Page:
CCST Well Stimulation Project (SB4)


Pursuant to Senate Bill 4 (Pavley 2013), the California Natural Resources Agency commissioned the California Council on Science and Technology (CCST) to conduct an independent scientific assessment of well stimulation treatments, including hydraulic fracturing, in California.

The purpose of the report was to synthesize and assess the available scientific information associated with well stimulation treatments (WST) in California. The review surveyed hydraulic fracturing, matrix acidizing, and acid fracturing as they are applied both onshore and offshore for oil and gas production in the state. The study workscope was organized in three major areas, which were documented in three separate report volumes, described below.

CCST established an interdisciplinary steering committee to oversee the effort that included experts in technical areas relevant to well stimulation and its impacts in California. Dr. Jane C.S. Long served as the science lead for the project and Lawrence Berkeley National Laboratory (Berkeley Lab) was the primary research institution supporting CCST in the scientific assessment. CCST issued the final report following peer review. "Our effort is to provide independent, scientific, peer-reviewed information that can inform policymakers," said Susan Hackwood, Executive Director of CCST.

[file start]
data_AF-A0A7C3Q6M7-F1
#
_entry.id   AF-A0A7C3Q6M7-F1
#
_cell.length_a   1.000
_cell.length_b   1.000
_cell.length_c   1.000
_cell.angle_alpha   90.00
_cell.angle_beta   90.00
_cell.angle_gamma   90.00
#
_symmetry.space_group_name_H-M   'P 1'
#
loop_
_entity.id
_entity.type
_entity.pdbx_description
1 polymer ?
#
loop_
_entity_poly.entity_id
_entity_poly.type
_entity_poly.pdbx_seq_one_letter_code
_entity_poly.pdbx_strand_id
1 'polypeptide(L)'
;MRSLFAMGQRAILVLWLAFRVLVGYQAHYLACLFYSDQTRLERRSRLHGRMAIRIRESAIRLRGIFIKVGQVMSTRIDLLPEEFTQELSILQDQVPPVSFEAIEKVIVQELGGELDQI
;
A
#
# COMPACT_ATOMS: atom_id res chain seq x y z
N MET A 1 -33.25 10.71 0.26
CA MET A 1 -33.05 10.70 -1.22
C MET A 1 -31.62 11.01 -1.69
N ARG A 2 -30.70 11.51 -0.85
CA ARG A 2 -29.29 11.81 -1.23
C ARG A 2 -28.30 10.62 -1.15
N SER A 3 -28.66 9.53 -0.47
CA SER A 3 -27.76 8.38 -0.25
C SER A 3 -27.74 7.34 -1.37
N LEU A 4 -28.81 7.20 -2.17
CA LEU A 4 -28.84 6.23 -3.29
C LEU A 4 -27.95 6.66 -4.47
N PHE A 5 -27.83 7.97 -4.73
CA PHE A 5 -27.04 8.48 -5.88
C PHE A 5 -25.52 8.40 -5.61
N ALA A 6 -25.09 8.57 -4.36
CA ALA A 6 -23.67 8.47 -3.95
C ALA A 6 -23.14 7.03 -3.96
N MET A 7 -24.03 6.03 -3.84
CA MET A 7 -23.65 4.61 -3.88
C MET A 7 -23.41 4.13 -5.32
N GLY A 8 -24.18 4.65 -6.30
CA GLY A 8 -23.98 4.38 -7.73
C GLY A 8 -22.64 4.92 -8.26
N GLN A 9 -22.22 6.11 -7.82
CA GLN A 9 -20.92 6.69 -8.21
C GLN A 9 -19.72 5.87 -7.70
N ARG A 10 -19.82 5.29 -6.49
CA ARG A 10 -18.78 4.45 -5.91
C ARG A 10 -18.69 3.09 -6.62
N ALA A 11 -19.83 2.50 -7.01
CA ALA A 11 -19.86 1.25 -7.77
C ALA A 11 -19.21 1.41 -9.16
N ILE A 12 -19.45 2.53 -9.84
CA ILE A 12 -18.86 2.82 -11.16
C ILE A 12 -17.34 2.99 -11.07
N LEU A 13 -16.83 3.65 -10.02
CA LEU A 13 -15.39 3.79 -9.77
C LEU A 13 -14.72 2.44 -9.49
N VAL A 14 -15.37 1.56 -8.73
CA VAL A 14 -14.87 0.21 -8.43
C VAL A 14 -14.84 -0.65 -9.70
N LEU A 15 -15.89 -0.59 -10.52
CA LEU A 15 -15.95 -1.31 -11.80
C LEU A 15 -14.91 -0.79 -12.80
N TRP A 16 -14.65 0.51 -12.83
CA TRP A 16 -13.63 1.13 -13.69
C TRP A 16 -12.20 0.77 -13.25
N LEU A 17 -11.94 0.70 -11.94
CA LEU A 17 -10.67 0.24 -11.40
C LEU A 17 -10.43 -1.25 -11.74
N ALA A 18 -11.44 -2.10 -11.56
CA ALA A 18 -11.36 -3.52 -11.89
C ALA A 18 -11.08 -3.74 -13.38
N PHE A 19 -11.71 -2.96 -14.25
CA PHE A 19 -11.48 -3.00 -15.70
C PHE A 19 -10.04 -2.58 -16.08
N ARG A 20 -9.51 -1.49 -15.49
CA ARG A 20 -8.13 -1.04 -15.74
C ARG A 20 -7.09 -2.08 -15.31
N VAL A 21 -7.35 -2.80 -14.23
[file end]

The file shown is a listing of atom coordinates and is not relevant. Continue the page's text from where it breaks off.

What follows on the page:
Report Volumes and Release Dates

CCST delivered the final volumes of the report to the California Natural Resources Agency on July 1, 2015.

CCST released the final volumes of the report to the public on July 9, 2015.

Press Release 7/9/15

Summary Report
This document summarizes key findings, conclusions, and recommendations of all three volumes. (Public Release: July 9, 2015)

Volume I provides the factual basis describing what well stimulation treatments (WST) are, how they are conducted in general and practiced in California, and where they have been and are being used for oil and gas production in the state.

Volume II discusses how well stimulation could affect water, atmosphere, seismic activity, wildlife and vegetation, and human health. Volume II reviews available data, and identifies knowledge gaps and alternative practices that could avoid or mitigate these possible impacts. (Public Release: July 9, 2015)

Volume III presents four case studies that assess environmental issues and qualitative risks for specific geographic regions: Offshore, Monterey Formation, Los Angeles Basin, and the San Joaquin Basin. (Public Release: July 9, 2015)

Updated 7/22/16